“Catarina started as a railroad shipping point for cattle, but then developers came and decided you could grow almost anything there as long as you had water. So the town was irrigated, and they built up orchards and brought potential buyers on the train from Chicago to wine and dine them. But then the water became brackish and ran out, and the whole town dried up, if you’ll excuse the pun.”
“This was an African American high school until the 1960s, partly funded by Julius Rosenwald — he was a philanthropist and former Sears, Roebuck and Company executive who helped build schools for African Americans all across the South. This photo was taken in the gymnasium.”
“I was attracted to this one just by its architectural design. It’s a striking combination of Gothic Revival architecture and the Second Empire style from Europe. Whatever you might think of as a Texas vernacular style of architecture is a mashup of styles that people brought when they migrated here. A lot of major buildings like a bank, courthouse or school — these were buildings that they wanted to make distinct. You can see that character of solidity and importance and presence.”
“I learned to be careful in these buildings. You never know when the floor’s going to cave in. I’d always carry a gallon jug of water, a flashlight, a knife, and a backpack with lenses and my camera. I did have an eerie sense in Marshall of — I don’t want to say ghosts, but you know innately that people occupied these buildings and used them.”
“Some of these sites were eerie, and some were sad. But there was also a sense of discovery. I had to make two trips before I found this sawmill in Aldridge. The first time was in the middle of July. It was so hot in the piney forest, and I only had a vague idea of where this thing was. I wandered and wandered. There was no cell service, and I ran out of water. Three or four months later, after getting in contact with somebody at the Forest Service, I got better directions, and I went back and found it.”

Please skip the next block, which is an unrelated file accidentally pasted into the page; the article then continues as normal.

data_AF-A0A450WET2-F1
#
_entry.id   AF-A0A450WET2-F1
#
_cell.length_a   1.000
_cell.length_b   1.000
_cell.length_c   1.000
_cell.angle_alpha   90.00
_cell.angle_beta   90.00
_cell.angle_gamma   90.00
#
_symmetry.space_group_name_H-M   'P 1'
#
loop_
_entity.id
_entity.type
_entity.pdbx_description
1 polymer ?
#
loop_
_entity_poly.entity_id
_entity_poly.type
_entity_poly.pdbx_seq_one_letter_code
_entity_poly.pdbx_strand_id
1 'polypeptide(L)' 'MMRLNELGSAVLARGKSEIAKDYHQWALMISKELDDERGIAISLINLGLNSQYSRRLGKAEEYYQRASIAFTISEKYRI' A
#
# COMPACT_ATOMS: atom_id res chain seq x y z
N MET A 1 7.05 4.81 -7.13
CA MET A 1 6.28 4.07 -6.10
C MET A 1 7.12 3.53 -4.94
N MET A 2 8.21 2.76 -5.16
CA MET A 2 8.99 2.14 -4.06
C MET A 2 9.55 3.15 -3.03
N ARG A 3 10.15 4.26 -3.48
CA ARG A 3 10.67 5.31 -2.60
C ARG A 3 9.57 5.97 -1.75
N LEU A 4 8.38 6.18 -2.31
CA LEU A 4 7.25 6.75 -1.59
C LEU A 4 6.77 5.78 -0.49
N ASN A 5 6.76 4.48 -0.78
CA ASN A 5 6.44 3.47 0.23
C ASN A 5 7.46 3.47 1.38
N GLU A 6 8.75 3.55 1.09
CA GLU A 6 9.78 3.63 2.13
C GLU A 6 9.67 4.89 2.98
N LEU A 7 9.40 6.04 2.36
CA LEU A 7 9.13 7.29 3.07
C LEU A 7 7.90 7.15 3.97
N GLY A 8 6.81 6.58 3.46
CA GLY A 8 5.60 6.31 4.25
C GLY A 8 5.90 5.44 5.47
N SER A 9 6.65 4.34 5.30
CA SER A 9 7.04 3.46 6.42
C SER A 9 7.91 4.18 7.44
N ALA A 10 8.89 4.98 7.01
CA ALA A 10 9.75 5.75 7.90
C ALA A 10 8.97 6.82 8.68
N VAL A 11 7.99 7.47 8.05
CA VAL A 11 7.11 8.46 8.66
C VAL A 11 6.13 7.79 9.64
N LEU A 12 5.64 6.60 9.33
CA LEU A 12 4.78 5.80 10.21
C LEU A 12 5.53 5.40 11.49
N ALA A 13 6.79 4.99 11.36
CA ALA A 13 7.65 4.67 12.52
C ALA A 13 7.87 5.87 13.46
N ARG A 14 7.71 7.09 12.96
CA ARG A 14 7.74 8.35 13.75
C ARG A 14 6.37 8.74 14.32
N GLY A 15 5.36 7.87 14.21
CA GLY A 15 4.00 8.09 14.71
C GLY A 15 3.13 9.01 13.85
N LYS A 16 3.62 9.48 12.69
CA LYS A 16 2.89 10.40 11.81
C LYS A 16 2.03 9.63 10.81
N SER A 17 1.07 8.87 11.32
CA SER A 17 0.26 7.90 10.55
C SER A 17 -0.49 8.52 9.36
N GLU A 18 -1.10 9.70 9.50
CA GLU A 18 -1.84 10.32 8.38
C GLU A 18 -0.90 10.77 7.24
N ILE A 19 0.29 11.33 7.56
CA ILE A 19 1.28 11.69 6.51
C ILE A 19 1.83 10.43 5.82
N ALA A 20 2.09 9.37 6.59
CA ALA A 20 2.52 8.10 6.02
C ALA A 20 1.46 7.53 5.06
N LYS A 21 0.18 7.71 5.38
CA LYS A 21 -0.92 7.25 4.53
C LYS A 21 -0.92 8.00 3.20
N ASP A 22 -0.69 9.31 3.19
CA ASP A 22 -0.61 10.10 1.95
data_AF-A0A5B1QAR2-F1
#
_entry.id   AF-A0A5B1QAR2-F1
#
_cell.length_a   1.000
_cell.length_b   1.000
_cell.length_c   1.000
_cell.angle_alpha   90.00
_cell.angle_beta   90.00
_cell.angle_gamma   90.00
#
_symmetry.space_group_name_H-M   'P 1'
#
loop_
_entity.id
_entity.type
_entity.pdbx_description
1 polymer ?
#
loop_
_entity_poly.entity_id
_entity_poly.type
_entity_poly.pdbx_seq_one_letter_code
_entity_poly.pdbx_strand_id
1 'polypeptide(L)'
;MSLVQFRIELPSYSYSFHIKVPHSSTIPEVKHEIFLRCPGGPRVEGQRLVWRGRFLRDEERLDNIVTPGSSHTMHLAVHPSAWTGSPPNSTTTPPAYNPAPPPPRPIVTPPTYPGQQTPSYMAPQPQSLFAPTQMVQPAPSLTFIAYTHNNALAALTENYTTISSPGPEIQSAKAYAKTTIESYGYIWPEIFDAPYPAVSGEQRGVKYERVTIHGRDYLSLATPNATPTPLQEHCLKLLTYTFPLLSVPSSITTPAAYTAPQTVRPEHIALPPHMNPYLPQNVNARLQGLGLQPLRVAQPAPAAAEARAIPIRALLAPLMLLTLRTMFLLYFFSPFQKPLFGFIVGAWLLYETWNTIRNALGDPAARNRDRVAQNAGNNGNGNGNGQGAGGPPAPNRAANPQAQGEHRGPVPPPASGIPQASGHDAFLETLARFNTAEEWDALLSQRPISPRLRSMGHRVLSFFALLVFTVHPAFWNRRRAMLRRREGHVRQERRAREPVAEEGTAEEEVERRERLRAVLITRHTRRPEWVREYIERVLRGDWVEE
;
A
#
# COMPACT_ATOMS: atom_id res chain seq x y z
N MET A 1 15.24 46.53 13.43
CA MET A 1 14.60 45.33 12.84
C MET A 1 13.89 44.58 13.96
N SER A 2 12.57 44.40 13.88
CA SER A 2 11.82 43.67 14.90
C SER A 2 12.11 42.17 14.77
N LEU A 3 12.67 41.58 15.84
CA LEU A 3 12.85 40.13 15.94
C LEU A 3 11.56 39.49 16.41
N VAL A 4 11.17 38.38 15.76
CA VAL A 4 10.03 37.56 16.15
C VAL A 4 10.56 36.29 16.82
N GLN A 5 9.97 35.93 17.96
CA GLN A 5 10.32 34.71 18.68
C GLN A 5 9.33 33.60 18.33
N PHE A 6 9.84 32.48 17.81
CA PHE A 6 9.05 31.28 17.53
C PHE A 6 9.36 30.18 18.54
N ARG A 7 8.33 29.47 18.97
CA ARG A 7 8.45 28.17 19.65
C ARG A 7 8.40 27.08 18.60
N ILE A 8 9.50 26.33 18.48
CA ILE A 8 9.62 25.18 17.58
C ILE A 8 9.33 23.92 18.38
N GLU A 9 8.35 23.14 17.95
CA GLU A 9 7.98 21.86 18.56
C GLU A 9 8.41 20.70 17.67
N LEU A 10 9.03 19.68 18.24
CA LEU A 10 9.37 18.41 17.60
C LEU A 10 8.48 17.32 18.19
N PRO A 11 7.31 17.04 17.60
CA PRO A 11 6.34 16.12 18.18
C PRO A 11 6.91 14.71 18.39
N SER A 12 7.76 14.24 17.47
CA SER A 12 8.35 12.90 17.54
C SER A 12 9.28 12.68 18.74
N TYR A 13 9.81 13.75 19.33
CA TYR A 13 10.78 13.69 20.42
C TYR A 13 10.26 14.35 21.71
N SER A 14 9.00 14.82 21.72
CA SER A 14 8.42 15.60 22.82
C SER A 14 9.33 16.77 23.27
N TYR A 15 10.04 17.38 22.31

“This bank was brick and stone and unfortunately has been painted, which would make it harder to restore. In researching the little town of Blessing which is very close to Markham, there was an almost identical bank built there. And it has been restored.”
“Around the turn of the century, railroads became one of the first industries to provide health care to employees. When people were injured on the job far from a big city, which they often were, they had to be able to get them somewhere, and that’s why the railroad hospitals popped up.
When I was photographing this building, I heard a car pull up behind me. An elderly African-American woman was at the wheel. She told me a story that her brother had worked for the railroad and was taken to this hospital with an injury. They didn’t allow African Americans into the building, so he was operated on out on the back porch. ‘But they did save his life,’ she said.”
Top: Toyah High School, Toyah. “Toyah was founded before the railroad arrived in 1881, and this school was built in 1912. At one time or another in its history, Toyah had four churches, four stores, two banks, two hotels, two lumber yards and a drugstore. Sadly, most of the buildings were destroyed over the years by fire or tornados.”
All photos by Bronson Dorsey, courtesy Texas A&M University Press